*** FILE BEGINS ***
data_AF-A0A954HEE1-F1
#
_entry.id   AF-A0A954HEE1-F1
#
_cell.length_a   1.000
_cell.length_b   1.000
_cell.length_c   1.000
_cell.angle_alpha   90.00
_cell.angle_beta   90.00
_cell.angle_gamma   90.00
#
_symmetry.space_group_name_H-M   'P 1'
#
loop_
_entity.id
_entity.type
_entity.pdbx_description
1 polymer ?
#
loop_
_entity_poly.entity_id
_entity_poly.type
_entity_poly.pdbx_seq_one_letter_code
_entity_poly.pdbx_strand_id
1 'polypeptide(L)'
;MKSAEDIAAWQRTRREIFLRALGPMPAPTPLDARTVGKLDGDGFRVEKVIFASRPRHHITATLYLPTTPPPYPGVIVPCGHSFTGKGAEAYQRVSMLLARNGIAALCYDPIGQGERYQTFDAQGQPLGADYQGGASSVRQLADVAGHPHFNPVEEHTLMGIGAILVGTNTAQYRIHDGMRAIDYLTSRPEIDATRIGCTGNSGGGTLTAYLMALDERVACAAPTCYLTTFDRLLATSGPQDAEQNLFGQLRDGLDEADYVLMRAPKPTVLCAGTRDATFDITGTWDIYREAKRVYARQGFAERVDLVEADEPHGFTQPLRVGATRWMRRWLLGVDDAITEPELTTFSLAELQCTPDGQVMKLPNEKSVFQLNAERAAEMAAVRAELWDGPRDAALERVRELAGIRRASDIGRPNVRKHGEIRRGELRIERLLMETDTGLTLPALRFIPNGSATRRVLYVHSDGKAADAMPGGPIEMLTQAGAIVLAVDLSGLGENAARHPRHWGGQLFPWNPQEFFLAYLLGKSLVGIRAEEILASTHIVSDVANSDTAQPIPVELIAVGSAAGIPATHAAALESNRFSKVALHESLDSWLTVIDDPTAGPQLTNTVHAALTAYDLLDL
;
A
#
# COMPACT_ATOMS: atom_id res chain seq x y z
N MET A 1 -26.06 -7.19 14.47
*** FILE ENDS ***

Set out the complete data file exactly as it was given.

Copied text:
data_AF-A0A954HEE1-F1
#
_entry.id   AF-A0A954HEE1-F1
#
_cell.length_a   1.000
_cell.length_b   1.000
_cell.length_c   1.000
_cell.angle_alpha   90.00
_cell.angle_beta   90.00
_cell.angle_gamma   90.00
#
_symmetry.space_group_name_H-M   'P 1'
#
loop_
_entity.id
_entity.type
_entity.pdbx_description
1 polymer ?
#
loop_
_entity_poly.entity_id
_entity_poly.type
_entity_poly.pdbx_seq_one_letter_code
_entity_poly.pdbx_strand_id
1 'polypeptide(L)'
;MKSAEDIAAWQRTRREIFLRALGPMPAPTPLDARTVGKLDGDGFRVEKVIFASRPRHHITATLYLPTTPPPYPGVIVPCGHSFTGKGAEAYQRVSMLLARNGIAALCYDPIGQGERYQTFDAQGQPLGADYQGGASSVRQLADVAGHPHFNPVEEHTLMGIGAILVGTNTAQYRIHDGMRAIDYLTSRPEIDATRIGCTGNSGGGTLTAYLMALDERVACAAPTCYLTTFDRLLATSGPQDAEQNLFGQLRDGLDEADYVLMRAPKPTVLCAGTRDATFDITGTWDIYREAKRVYARQGFAERVDLVEADEPHGFTQPLRVGATRWMRRWLLGVDDAITEPELTTFSLAELQCTPDGQVMKLPNEKSVFQLNAERAAEMAAVRAELWDGPRDAALERVRELAGIRRASDIGRPNVRKHGEIRRGELRIERLLMETDTGLTLPALRFIPNGSATRRVLYVHSDGKAADAMPGGPIEMLTQAGAIVLAVDLSGLGENAARHPRHWGGQLFPWNPQEFFLAYLLGKSLVGIRAEEILASTHIVSDVANSDTAQPIPVELIAVGSAAGIPATHAAALESNRFSKVALHESLDSWLTVIDDPTAGPQLTNTVHAALTAYDLLDL
;
A
#
# COMPACT_ATOMS: atom_id res chain seq x y z
N MET A 1 -26.06 -7.19 14.47